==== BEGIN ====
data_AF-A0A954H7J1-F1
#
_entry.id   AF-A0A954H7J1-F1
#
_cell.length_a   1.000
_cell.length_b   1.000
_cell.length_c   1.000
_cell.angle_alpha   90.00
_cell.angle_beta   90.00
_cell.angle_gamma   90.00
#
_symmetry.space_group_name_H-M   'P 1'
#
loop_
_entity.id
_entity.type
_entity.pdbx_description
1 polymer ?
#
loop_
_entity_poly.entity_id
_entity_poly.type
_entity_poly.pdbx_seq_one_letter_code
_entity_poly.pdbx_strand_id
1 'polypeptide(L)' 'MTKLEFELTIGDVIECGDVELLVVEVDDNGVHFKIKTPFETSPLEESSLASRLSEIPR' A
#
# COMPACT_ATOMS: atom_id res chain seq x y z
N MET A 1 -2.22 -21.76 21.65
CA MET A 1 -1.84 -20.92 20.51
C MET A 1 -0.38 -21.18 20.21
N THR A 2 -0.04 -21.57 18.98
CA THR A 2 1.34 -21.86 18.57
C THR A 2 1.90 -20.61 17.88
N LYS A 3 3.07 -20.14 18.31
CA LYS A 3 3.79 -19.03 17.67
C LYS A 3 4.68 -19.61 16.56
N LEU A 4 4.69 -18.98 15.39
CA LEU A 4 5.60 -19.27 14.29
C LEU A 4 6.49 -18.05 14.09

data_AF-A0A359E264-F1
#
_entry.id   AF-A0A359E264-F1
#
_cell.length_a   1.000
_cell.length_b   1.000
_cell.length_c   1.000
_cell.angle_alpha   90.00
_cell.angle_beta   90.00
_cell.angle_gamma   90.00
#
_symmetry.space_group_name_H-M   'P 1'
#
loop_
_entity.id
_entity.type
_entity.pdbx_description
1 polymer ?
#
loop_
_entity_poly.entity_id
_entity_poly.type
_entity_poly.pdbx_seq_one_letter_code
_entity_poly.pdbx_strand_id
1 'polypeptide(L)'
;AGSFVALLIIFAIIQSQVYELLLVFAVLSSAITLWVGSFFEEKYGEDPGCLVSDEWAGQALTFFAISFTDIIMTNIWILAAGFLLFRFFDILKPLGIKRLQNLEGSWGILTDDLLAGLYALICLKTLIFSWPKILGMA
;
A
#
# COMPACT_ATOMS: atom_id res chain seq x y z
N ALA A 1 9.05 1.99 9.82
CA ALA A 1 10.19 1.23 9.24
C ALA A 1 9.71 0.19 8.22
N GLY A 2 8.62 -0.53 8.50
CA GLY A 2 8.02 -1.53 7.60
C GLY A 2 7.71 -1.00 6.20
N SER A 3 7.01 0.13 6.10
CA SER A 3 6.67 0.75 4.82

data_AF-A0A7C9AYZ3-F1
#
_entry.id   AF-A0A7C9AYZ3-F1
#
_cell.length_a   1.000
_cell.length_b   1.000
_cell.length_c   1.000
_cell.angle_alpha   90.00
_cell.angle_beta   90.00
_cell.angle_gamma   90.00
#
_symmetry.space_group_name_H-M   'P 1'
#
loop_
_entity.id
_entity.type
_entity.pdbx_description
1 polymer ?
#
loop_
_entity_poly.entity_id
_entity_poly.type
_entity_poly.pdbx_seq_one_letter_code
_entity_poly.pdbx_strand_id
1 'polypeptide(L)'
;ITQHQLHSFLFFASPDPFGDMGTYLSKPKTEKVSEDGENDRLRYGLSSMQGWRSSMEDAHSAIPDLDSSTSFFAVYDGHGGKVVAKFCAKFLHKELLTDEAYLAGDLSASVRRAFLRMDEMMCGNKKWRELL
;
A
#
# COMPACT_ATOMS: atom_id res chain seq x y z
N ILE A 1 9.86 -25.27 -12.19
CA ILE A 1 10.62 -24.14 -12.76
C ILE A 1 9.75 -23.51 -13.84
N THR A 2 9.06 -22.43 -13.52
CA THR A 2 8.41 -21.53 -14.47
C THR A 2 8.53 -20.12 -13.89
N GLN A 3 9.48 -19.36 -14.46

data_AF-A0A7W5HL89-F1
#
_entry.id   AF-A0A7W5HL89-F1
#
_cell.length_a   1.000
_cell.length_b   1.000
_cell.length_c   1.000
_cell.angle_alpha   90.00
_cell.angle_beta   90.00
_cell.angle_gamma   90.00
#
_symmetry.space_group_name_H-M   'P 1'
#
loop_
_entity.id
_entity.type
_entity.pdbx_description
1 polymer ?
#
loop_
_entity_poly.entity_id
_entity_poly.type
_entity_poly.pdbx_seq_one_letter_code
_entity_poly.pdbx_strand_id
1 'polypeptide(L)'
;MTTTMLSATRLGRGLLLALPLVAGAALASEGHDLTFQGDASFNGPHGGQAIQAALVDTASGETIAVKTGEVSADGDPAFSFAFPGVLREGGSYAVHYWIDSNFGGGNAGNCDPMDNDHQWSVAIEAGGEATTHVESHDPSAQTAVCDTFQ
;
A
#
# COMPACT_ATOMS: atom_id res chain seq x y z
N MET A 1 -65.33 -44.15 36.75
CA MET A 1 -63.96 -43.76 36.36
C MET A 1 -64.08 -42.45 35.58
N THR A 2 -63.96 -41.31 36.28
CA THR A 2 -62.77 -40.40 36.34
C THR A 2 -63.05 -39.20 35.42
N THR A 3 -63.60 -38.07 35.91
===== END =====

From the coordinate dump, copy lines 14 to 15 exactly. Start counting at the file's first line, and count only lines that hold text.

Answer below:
loop_
_entity.id